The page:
Issyk Kul (also Ysyk Köl, Issyk-Kol: Kyrgyz: Ысык-Көл [ɯsɯqkœl]; Russian: Иссык-Куль) is an endorheic lake in the northern Tian Shan mountains in eastern Kyrgyzstan. It is the tenth largest lake in the world by volume (though not in surface area), and the second largest saline lake after the Caspian Sea. Although it is surrounded by snow-capped peaks, it never freezes; hence its name, which means "hot lake" in the Kyrgyz language (Chinese: 熱海; literally: "Hot Sea" in Chinese texts). The lake is a Ramsar site of globally significant biodiversity (Ramsar Site RDB Code 2KG001) and forms part of the Issyk-Kul Biosphere Reserve. It was the site of an ancient metropolis 2,500 years ago, and archaeological excavations are ongoing.
During the Soviet era, the lake became a popular vacation resort, with numerous sanatoria, boarding houses and vacation homes along its northern shore, many concentrated in and around the town of Cholpon-Ata. These fell on hard times after the break-up of the USSR, but now hotel complexes are being refurbished and simple private bed-and-breakfast pensions are being established for a new generation of health and leisure visitors.
The city of Karakol (formerly Przhevalsk, after the Russian explorer Przhevalsky who died there) is the administrative seat of Issyk Kul Province of Kyrgyzstan. It is near the east tip of the lake and is a good base for excursions into the surrounding area. Its small old core contains an impressive wooden mosque, built without metal nails by the Dungan people, and a wooden Orthodox church that was used as a stable during Soviet times (see state atheism).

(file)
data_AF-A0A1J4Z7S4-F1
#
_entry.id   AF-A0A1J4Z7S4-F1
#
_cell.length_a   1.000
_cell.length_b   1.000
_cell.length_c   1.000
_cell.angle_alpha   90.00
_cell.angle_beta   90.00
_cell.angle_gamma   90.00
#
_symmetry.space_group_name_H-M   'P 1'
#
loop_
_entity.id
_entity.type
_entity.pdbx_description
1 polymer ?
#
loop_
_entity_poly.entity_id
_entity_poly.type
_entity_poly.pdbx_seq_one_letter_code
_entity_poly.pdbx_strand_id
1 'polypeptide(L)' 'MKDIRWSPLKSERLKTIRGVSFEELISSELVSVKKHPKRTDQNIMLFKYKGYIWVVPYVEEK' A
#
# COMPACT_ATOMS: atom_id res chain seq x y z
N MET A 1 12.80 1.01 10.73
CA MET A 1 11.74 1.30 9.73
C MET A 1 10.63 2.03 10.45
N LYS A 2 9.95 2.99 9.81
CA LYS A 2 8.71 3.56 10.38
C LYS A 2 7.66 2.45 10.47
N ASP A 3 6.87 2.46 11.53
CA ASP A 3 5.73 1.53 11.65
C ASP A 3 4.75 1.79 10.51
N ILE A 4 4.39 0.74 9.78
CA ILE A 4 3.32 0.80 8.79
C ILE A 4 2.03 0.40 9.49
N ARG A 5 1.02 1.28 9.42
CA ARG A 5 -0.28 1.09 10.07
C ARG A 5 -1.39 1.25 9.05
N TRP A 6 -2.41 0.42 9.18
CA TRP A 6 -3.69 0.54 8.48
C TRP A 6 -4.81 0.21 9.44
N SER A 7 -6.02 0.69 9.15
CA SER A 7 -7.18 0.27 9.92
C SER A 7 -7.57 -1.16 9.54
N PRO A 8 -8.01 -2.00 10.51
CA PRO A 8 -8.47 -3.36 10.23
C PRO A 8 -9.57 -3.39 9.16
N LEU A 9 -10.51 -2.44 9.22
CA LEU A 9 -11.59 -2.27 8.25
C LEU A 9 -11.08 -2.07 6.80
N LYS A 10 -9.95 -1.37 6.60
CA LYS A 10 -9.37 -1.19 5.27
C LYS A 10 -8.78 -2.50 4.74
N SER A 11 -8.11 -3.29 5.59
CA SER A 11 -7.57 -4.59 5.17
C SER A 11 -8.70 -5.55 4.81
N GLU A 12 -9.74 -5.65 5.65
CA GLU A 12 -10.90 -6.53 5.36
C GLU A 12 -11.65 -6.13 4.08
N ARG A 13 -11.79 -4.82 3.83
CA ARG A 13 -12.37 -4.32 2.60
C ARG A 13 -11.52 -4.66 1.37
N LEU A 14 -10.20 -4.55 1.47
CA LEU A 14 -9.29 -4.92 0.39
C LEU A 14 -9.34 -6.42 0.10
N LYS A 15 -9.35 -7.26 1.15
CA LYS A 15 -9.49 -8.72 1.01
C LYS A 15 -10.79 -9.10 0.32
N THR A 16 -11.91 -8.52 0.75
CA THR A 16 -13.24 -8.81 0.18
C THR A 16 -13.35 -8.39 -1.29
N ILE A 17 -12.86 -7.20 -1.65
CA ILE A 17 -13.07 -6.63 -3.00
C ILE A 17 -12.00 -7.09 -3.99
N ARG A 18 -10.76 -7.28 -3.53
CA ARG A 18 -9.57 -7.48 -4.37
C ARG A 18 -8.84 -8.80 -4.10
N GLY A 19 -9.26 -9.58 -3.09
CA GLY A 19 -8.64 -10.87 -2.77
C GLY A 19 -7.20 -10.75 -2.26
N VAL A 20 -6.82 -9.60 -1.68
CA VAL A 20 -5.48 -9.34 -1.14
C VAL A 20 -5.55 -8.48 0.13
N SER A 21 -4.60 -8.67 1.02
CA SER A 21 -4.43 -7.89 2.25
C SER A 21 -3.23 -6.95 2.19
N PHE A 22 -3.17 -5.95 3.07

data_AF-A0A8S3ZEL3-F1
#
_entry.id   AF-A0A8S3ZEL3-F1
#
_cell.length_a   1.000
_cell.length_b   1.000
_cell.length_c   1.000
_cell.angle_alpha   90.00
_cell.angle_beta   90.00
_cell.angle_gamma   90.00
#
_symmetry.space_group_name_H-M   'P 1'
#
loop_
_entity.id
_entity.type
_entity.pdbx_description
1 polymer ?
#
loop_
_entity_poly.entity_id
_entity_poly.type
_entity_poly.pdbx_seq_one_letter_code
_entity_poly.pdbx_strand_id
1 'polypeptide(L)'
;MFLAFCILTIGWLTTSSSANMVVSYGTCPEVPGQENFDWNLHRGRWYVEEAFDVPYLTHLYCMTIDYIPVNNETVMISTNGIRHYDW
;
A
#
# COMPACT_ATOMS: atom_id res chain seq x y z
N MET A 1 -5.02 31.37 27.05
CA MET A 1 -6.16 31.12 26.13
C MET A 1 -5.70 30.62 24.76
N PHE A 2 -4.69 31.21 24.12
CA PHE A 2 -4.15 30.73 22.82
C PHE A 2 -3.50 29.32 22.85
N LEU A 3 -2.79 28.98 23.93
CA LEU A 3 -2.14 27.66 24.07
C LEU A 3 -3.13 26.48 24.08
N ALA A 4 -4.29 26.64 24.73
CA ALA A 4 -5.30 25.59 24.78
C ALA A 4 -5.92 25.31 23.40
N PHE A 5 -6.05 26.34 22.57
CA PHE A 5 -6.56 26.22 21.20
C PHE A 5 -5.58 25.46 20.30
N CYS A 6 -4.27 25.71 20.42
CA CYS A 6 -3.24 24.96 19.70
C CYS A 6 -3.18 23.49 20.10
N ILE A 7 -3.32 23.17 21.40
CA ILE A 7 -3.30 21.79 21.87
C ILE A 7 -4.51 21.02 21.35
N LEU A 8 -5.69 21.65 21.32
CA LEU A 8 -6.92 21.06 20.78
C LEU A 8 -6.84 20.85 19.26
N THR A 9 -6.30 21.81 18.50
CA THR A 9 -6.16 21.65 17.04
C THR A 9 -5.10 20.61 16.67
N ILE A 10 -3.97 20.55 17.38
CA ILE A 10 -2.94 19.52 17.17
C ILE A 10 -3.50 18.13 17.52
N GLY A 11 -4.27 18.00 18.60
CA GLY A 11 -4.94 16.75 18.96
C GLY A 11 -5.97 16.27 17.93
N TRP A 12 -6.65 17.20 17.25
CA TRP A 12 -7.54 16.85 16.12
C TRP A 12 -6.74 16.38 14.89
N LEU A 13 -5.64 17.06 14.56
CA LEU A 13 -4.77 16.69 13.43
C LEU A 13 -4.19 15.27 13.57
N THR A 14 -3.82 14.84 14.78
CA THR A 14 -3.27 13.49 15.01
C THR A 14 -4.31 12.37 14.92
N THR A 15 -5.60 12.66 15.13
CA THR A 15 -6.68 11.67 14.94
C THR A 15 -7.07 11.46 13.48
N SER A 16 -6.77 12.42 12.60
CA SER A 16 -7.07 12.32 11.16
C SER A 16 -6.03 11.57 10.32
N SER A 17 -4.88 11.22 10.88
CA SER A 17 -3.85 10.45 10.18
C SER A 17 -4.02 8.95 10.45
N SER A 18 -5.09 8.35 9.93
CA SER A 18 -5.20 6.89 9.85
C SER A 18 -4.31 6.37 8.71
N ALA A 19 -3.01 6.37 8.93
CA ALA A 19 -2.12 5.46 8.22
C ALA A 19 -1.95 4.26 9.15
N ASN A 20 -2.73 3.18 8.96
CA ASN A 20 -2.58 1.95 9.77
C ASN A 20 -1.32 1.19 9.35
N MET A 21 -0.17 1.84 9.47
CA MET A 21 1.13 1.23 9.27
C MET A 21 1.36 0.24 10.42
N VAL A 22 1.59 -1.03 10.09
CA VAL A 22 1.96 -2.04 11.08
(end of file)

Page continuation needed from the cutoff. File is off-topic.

Lake Issyk Kul was a stopover on the Silk Road, a land route for travelers from the Far East to Europe. Many historians believe that the lake was the point of origin for the Black Death that plagued Europe and Asia during the early and mid-14th century. The lake's status as a byway for travelers allowed the plague to spread across these continents via medieval merchants who unknowingly carried infested vermin along with them. A 14th-century Armenian monastery was found on the northeastern shores of the lake by retracing the steps of a medieval map used by Venetian merchants on the Silk Road.
The lake level was some 8 metres (26 ft) lower in medieval times. Divers have found the remains of submerged settlements in shallow areas around the lake. In December 2007, a report was released by a team of Kyrgyz historians, led by Vladimir Ploskikh, vice president of the Kyrgyz Academy of Sciences, that archaeologists have discovered the remains of a 2500-year-old advanced civilization at the bottom of the Lake. The data and artifacts obtained suggest that the ancient city was a metropolis in its time. The discovery consisted of formidable walls, some stretching for 500 metres (1,600 ft) and traces of a large city with an area of several square kilometers. Other findings included Scythian burial mounds eroded over the centuries by waves, and numerous well-preserved artifacts, including bronze battleaxes, arrowheads, self-sharpening daggers, objects discarded by smiths, casting molds, and a faceted gold bar that was a monetary unit of the time.
Articles identified as the world's oldest extant coins were also found underwater with gold wire rings used as small change and a large hexahedral goldpiece. Also found was a bronze cauldron with a level of craftsmanship that is today achieved by using an inert gas environment.
In 1916 the monastery at Issyk Kul was attacked by Kyrgyz rebels, and seven monks were killed.